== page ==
But test pilot and guide Gene Demarco said they really loved riding on a replica 1910 London bus and playing with Harry, the hangar's Irish red terrier, the most. Fitting neatly with the vintage theme, the breed was used in World War I to ferry messages from the trenches.

"The kids were so enthusiastic. They were really interesting, open and inquisitive," Mr Demarco said. He hoped that for future visits children could be taken up for flights in some of the vintage planes.


Wellington Gold Awards

Company takes flight with ultimate retro-engineering

LIFTING OFF: Ben Brister, right, project team leader for the Albatros D.Va, and Malcolm Frazer, work on their second machine.

What would Biggles say? A company in the outer edges of the old Empire building German Albatros D.Va fighters could just as well have come off a 1918 production line.

Kilbirnie's The Vintage Aviator company has started work on its second Albatros D.Va after spending 18 months developing the prototype, learning how it was made and learning how to remake it in fantastic detail.

The company is one of five Discovering Gold finalists for the Gold Awards, a category which focuses on technological, scientific and innovative research and development projects.

While The Vintage Aviator specialises in building replicas of planes from the Great War, it uses everything at its disposal, such as laser scanners and computer-aided design to get its aircraft as close to the original as possible. It has already made a number of aircraft including the British FE.2b fighter and SE.5a and has plans to build the French Nieuport, among others.

The company's Denys Pinfold says the Albatros is an example of using technology to recreate aircraft that flew 90 years ago, and for which there is sometimes only patchy paperwork of the original plans.

“For the airframe there's always something missing, perhaps the plans for some wing rib size or parts you can't find proper drawings for. That's why we went to Canberra where we had learned there was one of the two left in the world in the [Australian War Memorial] museum in Canberra where we were able to make our own drawings.”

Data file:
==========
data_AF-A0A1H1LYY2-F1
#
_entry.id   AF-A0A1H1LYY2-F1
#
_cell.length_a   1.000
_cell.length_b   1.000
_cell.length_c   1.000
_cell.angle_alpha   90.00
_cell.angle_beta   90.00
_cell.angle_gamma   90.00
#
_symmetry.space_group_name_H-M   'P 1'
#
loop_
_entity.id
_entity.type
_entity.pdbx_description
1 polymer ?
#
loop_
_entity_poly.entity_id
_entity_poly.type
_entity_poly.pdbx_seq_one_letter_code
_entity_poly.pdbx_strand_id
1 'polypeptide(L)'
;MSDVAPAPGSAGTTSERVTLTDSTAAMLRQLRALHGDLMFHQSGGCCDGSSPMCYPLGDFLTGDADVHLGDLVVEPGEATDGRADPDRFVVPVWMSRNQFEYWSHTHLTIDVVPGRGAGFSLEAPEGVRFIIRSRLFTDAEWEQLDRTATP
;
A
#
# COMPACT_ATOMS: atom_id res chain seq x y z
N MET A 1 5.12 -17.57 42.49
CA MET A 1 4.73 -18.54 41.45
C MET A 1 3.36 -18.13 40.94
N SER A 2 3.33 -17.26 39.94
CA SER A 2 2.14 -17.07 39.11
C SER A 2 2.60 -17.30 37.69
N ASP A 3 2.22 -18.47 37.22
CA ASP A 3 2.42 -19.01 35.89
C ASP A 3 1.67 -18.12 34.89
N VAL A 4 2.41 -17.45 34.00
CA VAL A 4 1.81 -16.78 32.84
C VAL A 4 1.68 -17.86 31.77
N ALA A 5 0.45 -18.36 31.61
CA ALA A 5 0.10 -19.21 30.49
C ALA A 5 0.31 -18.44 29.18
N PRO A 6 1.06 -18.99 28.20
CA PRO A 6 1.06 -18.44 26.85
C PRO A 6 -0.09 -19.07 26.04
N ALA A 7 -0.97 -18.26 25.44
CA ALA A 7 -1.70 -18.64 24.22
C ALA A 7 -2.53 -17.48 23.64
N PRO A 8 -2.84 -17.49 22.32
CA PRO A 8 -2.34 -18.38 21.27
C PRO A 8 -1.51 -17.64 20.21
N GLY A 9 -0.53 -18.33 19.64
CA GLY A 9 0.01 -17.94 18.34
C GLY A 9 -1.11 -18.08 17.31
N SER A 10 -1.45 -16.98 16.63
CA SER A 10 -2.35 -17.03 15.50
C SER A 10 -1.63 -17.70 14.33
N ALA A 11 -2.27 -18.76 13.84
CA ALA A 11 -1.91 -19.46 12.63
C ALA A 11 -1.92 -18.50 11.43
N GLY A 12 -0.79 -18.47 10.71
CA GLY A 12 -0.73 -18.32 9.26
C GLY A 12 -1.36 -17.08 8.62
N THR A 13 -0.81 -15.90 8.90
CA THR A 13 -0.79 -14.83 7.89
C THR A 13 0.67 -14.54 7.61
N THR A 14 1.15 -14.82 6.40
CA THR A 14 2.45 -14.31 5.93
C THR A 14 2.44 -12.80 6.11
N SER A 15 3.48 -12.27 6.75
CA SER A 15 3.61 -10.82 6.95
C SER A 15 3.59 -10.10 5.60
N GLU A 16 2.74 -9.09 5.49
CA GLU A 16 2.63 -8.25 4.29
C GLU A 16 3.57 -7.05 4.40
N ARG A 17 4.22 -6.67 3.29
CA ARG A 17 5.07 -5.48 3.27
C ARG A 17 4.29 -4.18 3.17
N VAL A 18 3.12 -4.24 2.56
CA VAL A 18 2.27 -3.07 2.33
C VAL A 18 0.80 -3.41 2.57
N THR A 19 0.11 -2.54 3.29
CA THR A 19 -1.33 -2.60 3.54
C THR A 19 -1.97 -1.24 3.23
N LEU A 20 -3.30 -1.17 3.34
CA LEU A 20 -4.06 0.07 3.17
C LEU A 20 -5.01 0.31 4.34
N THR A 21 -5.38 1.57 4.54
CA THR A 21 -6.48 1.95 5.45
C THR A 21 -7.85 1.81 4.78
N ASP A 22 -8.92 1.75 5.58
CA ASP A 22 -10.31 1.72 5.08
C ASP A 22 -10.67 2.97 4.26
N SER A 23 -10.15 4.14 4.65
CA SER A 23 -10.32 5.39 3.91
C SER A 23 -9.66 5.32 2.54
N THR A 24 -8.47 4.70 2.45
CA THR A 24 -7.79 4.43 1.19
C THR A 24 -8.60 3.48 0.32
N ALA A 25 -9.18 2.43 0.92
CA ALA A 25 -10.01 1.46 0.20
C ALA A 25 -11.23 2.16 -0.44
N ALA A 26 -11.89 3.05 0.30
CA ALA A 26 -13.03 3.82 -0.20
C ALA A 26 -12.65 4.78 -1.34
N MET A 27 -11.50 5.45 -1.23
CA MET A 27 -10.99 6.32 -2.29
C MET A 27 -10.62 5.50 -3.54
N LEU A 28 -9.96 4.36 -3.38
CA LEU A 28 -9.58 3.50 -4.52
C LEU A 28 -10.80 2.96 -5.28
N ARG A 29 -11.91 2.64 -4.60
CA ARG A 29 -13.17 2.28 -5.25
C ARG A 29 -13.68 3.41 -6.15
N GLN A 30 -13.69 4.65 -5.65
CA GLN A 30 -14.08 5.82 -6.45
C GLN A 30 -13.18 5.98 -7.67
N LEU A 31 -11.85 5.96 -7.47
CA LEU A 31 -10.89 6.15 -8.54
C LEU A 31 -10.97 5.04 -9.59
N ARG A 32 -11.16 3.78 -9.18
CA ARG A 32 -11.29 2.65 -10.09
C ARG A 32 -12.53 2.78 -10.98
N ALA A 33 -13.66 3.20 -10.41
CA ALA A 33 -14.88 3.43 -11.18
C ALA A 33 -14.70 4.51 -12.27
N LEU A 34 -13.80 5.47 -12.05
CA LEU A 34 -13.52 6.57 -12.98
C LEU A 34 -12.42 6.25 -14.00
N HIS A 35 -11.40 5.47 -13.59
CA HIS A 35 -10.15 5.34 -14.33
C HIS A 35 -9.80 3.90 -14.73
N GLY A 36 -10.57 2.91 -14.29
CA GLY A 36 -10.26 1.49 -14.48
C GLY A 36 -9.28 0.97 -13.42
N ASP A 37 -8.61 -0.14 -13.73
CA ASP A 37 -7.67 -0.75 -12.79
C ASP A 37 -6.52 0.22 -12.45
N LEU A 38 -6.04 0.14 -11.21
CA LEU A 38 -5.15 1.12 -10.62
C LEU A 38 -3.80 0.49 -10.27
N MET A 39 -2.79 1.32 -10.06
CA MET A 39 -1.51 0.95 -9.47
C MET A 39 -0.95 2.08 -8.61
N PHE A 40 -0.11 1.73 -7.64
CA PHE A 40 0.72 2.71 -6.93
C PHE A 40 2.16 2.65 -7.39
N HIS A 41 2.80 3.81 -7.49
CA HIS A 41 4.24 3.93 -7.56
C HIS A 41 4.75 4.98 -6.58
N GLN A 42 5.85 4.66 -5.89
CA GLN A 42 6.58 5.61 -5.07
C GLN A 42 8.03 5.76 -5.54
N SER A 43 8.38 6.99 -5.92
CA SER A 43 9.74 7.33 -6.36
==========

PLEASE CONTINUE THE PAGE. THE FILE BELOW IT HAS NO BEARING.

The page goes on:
They used a laser scanner to build up a digital three-dimensional model of every centimetre of the plane.

It's also a useful technique for recreating engines.

“We found one engine that we needed, a German Oberursel, that was pretty well complete, in South America several years ago. We got that here, took it to bits, checked it out, built up new parts and put it all together again.”

“Once we've got one engine and digitised the parts from the first one and drawn it up, we can then start building successive ones.”

“We make World War 1 engines from scratch, from a block of metal, going right through to the end.”

The pains that The Vintage Aviator staff go to to make each plane as authentic as possible means they are using the same techniques — such as those used for bending wood for wingtips — that an aircraft factory worker from 90 years ago would recognise. But surely just looking like the original would be easier?

“People who come into the building and have a look are just fascinated at the levels we go to to get that authenticity. A lot of them are experts and they make the same remarks ... why bother? We say we just want it to be right, a true replica.”

Sometimes the company will do swapsies for something another vintage aircraft maker has.

“We've swapped sizeable components with a crowd in Paris. They'll say, ‘hey, we've got the water pump of the German Oberursel’, and we say, ‘OK, we'll give you a built-up fuselage of a British BE2’, and we swap them over.”

“There's quite a bit of back and forth with overseas organisations.”

The company's planes go to an aviation trust, reputedly linked to a recently knighted Wellington movie maker, which then looks after them and puts them on display.

Apparently, the trust is very reluctant to let them go offshore.

• Published by The Dominion Post newspaper on page A9 of the Tuesday, May 11, 2010 edition as part of a Wellington Gold Awards advertising feature.

I have this weird interest in old aircraft and absolutely no interest in flying, nor a belief in the theory of flight - it defies commonsense.

I fear flying and in fact would rather travel by train!!!!! - aargh, did I say that?

But these aircraft and what is happening with their manufacture is somehow fascinating

I fear flying and in fact would rather travel by train!!!!! - aargh, did I say that?

 thats an intelligent response as train crashes always have more survivors than plane crashes ;D


Nasa linked to stunning car flight

Home » News » Queenstown Lakes

Wed, 1 Apr 2015
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...A mystery pilot waves as Chitty Chitty Bang Bang, on loan from Sir Peter Jackson, soars over Lake Wanaka yesterday. Photo: Stephen Jaquiery